It’s no secret that the once sleeping dragon, China, has become an economic juggernaut. China is now Australia’s biggest trading partner and it’s not hard to see why.
However, there are many differences between the way business is conducted in China and Australia, and Chinese consumers have different social and cultural expectations than Western consumers. In fact, smart business leaders know that to be truly successful in China, Western businesses have to recognise and appreciate these differences, and apply them to their operations.
“Similar to how Australian businesses expect anyone coming to do business here to know how to engage with us, we need to know how to engage with the Chinese consumer and with Chinese business people,” says Alex Searle, Corporate Relationship Manager at Kaplan Professional.
Being trained to take advantage of the booming Chinese market is one of the biggest business opportunities of this decade. Rather than having to commit to a lengthy and often expensive course, Kaplan Professional’s China Ready and Accredited® online program makes it simple.
The program provides individuals and businesses with a thorough understanding of Chinese culture, offered in a flexible learning environment that can be completed anywhere, at any time, in just a few hours. It is the only online course of its kind approved by Chinese government officials.
Why become “China ready”?
Last year alone, China’s Gross Domestic Profit (GDP) was 11.2 trillion USD. Compare this to Australia’s 2016 GDP of just 1.2 trillion USD and you get a glimpse of the magnitude of the Chinese economy.
Realising this unprecedented opportunity, more and more Australians are expanding their business operations into China, and more Australian businesses are finding themselves catering to the approximately 135 million Chinese consumers travelling abroad each year.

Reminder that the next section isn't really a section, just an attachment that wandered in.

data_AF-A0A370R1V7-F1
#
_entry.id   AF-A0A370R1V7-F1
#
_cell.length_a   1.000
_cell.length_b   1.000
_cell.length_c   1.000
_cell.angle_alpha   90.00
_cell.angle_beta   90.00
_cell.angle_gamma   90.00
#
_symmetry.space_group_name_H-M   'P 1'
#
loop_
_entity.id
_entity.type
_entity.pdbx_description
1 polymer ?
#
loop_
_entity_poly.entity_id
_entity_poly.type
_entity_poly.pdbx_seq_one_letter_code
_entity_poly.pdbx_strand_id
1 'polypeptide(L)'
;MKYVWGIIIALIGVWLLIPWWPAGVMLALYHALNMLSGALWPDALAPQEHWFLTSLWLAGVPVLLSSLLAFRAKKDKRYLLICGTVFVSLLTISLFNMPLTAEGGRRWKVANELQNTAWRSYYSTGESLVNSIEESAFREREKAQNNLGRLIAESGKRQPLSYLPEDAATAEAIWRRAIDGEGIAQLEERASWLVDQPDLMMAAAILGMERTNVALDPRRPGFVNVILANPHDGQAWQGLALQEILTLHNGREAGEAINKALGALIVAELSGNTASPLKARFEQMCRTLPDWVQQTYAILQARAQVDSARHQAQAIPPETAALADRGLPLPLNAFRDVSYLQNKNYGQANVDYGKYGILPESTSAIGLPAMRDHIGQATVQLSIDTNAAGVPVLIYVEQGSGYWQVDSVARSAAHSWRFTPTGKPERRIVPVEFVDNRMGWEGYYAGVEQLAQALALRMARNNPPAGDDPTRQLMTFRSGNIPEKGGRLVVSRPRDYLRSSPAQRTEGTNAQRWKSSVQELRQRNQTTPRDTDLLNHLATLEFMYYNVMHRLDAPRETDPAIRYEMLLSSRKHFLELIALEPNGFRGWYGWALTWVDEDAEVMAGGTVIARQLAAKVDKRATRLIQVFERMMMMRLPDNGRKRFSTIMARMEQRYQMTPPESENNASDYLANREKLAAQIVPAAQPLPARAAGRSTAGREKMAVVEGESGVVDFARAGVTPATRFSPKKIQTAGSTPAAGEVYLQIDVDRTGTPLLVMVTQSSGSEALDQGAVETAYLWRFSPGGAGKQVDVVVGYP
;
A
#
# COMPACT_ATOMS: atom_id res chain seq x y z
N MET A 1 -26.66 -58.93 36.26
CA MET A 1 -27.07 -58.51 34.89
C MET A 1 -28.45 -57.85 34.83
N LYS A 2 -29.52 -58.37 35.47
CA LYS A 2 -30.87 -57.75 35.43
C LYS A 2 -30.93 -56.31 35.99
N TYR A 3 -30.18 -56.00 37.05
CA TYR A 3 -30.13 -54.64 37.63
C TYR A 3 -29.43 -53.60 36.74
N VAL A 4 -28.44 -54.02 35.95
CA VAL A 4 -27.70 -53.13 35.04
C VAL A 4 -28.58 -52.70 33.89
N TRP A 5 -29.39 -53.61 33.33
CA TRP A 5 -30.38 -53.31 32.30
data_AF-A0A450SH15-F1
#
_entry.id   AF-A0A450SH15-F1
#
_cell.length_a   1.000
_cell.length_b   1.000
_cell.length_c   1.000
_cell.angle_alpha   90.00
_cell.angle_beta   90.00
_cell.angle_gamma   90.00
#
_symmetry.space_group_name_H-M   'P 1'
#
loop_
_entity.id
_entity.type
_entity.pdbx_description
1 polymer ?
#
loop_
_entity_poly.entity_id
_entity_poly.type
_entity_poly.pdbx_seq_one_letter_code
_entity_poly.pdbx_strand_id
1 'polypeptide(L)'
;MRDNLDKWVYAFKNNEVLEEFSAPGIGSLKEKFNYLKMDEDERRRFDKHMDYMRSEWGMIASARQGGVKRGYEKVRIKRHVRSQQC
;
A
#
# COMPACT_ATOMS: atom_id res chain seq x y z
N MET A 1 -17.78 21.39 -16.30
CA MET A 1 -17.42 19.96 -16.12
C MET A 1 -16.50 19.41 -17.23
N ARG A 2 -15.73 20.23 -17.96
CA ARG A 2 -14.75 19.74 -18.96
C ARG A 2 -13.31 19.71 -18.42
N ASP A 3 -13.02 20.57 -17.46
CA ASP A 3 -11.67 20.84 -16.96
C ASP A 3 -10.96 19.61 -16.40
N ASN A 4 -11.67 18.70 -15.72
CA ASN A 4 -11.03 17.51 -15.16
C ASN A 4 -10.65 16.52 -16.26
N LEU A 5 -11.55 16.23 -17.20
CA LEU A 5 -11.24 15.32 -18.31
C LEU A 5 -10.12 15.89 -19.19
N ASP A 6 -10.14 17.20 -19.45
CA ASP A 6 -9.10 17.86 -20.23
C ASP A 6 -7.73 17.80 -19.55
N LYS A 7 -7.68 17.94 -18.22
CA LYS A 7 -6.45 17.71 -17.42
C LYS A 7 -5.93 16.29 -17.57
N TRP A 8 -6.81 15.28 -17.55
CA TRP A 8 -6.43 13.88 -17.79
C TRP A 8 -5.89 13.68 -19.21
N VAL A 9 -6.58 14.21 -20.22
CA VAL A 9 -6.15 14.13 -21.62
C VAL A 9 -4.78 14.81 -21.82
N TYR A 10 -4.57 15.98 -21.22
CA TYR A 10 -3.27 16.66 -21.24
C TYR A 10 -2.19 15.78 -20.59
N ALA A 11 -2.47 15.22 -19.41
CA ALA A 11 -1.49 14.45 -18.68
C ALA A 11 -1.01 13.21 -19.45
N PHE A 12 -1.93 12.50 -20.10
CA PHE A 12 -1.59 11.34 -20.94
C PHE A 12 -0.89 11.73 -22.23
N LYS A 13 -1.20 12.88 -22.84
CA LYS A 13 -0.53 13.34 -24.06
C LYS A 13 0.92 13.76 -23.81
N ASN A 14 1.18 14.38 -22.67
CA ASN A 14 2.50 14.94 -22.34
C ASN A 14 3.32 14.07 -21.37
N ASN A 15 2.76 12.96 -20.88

How is the Chinese market different to our own?
Apart from being much bigger, the Chinese market is fast-moving and highly competitive. “In a market where you have so much competition, you can’t afford to make mistakes,” says Searle.
According to Searle, culture plays a central role in Chinese life and has implications for the business world, or even for people visiting China on holidays. Many cultural nuances can be unfamiliar to Westerners and without appropriately understanding them, capitalising on opportunities can be difficult for Western businesses.
Searle uses the example of an airline catering to Chinese consumers on an inbound or outbound flight to and from China to illustrate his point. “A small element like having additional hot water on board is essential for an airline flying into China since almost all of the customers might want to drink hot tea. So if the airline doesn’t have that then they’re not meeting that expectation in that market,” he explains.
“Similarly, a marketing company that doesn’t understand the significance of numbers, colours and symbols that are significant to the Chinese consumer may be disadvantaged, and not succeed in that highly competitive market,” says Searle.
How to gain greater professionalism in the market
The skills taught in Kaplan Professional’s China Ready program apply to a broad range of businesses. The interactive course covers Chinese lifestyle, politics, history, and economic development. It contains 12 core learning modules including The Guanxi Tradition, Chinese Numbers and Colours, and Chinese Investment Mindset, with checkpoint quizzes to test your knowledge as you learn.
So, whether you’re working for the government, in finance, education, tourism and hospitality, or any other number of professions, becoming China-accredited can be a highly useful tool now and in the future, when your business expands.
Searle recommends the training for as many employees as possible so that no part of the business is unprepared.
“You want every staff member at every touchpoint along the consumer journey to have an understanding of how to conduct business in China, from the moment a customer walks in the door to the moment they leave,” he says.
Furthermore, it’s not just front-facing staff that need to be ready. “Everyone in your business needs the right maxim to engage with the Chinese consumer, including policy makers and business leaders,” says Searle.
Being “China ready” can make you a more valuable business asset, while building on your engagement and confidence with Chinese people socially. Are you ready to take part in the Chinese market?
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Image credit: APEC 2013 (CC BY 2.0)